WE’RE REALLY BACK! Thanks so much for your patience, kind notes & congrats while I was gone. Everything went beautifully and our honeymoon in Bonaire was filled with good sleep, good food, and some amazing snorkeling.
We haven’t gotten our professional wedding photos back yet (soon!) but in the meantime I thought I’d share these gorgeous photos my friend Amy Jones took, along with her process. You might remember Amy from previous posts (her talented self pops up all over Mint – like here, here, and here.)
The photos were taken on our wedding day at the reception site where we were setting up, and in the dressing room before the ceremony. Today I wanted to just share a glimpse, but I’ll share details next week.
So the process, straight from Amy:
“I used a TTV setup to take these photos. A TTV setup involves 3 things: A top camera, a bottom camera, and a contraption to block light. TTV stands for “through the viewfinder,” so what you’re actually doing is using the top camera to take a photograph of the bottom camera’s viewfinder.
Usually, the top camera is a digital SLR – and it works best if you have a macro lens or at least a macro filter (which is what I use) since the viewfinder you’re taking a photo of is at close range. You could do this with a point & shoot, but the final image will be really small because the image you’ll finally use is only usually 1/2 the size of the image your top camera produces.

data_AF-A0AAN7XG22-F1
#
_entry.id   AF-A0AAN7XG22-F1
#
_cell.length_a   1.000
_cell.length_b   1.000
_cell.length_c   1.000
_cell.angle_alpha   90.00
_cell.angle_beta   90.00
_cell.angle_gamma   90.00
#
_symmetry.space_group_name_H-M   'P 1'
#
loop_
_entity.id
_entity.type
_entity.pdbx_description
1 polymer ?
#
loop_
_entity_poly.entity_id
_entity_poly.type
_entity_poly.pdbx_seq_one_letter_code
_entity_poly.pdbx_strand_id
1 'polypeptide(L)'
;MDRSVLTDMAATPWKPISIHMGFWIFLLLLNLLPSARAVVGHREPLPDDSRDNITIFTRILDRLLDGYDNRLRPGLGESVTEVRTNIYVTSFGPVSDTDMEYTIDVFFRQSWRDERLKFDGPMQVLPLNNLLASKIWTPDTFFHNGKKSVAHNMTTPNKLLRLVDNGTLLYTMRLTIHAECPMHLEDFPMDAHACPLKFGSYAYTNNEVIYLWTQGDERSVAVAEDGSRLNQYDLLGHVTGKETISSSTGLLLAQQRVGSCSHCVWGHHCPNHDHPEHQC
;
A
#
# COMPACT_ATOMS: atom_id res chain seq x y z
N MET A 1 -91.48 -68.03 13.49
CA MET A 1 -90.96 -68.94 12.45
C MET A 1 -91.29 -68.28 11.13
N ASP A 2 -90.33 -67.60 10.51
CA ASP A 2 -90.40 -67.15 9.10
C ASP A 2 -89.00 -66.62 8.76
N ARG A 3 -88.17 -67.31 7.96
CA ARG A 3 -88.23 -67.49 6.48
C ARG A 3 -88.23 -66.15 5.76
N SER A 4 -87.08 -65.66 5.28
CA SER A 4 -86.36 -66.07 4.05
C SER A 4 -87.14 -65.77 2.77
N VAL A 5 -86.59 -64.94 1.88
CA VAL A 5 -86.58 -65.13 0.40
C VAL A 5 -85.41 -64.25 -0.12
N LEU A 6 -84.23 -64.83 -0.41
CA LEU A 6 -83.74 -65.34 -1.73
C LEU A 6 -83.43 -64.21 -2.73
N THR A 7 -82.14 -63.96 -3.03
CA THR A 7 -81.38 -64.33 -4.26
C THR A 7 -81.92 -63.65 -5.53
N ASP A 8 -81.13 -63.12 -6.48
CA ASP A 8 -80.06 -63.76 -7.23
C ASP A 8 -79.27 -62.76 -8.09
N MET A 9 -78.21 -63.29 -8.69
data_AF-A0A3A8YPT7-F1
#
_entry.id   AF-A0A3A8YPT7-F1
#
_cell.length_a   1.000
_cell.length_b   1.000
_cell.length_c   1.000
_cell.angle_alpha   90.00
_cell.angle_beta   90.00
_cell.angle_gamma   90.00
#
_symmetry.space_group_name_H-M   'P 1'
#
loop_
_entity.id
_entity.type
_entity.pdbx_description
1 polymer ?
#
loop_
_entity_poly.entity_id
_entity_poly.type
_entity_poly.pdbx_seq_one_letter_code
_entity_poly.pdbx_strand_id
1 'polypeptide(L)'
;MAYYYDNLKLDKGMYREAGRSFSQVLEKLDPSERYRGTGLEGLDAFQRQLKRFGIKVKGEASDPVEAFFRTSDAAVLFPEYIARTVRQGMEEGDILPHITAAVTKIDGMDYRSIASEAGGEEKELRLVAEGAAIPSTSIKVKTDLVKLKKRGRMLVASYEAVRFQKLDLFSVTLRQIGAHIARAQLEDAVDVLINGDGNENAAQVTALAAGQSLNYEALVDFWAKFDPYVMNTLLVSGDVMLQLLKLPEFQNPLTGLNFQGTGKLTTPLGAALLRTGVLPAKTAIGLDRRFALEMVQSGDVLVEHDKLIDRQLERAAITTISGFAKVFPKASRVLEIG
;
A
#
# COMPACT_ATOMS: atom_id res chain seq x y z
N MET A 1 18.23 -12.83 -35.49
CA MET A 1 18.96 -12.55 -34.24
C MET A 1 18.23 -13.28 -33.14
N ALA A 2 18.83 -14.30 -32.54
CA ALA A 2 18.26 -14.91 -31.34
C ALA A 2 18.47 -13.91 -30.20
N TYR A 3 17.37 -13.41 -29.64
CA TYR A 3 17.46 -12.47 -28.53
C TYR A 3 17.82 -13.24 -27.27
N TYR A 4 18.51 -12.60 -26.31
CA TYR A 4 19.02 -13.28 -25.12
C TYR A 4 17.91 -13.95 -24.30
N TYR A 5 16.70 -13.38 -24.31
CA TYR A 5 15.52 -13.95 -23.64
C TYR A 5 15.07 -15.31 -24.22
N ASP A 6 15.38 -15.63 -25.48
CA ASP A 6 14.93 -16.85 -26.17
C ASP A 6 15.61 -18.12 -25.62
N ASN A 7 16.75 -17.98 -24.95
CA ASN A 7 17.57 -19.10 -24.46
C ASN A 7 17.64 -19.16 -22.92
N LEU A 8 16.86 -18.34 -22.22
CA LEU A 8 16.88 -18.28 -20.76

The bottom camera can be any twin-lens reflex (TLR) or pseudo-TLR camera. Probably the most common bottom cameras are the Kodak Duaflex (which is what I used at Ellie’s wedding) and the Argus 75, but there are tons of different kinds, and they all produce much different shots depending on how the viewfinder glass is made, etc etc… I also shoot through a Voigtlander Brillant, whose viewfinder has these nice little crosshairs!
The contraption is something you make to block out the light between the top & bottom cameras. I use a neoprene wine sleeve which I cut a hole into, which is nice because it transports easily, but everyone’s contraption is different! (Here are some examples)
TLR cameras actually reverse the image you’re shooting (which is why you can’t help but look ridiculous when you’re framing your shot).
I guess the beauty of the shots comes from the distortion created by the curved viewfinder, the dirt that’s usually on the lens, and the rounded corners of the little black frame. You really can’t go wrong if you take enough shots! And you do have to be okay with looking pretty stupid when you are shooting in public, that’s for sure. But it’s worth it!”
Thanks Amy!!! I’ll be back on Monday with more photos of our wedding, the details, the invitations, and all kinds of other fun stuff. Happy Friday, and as always thanks for reading Mint!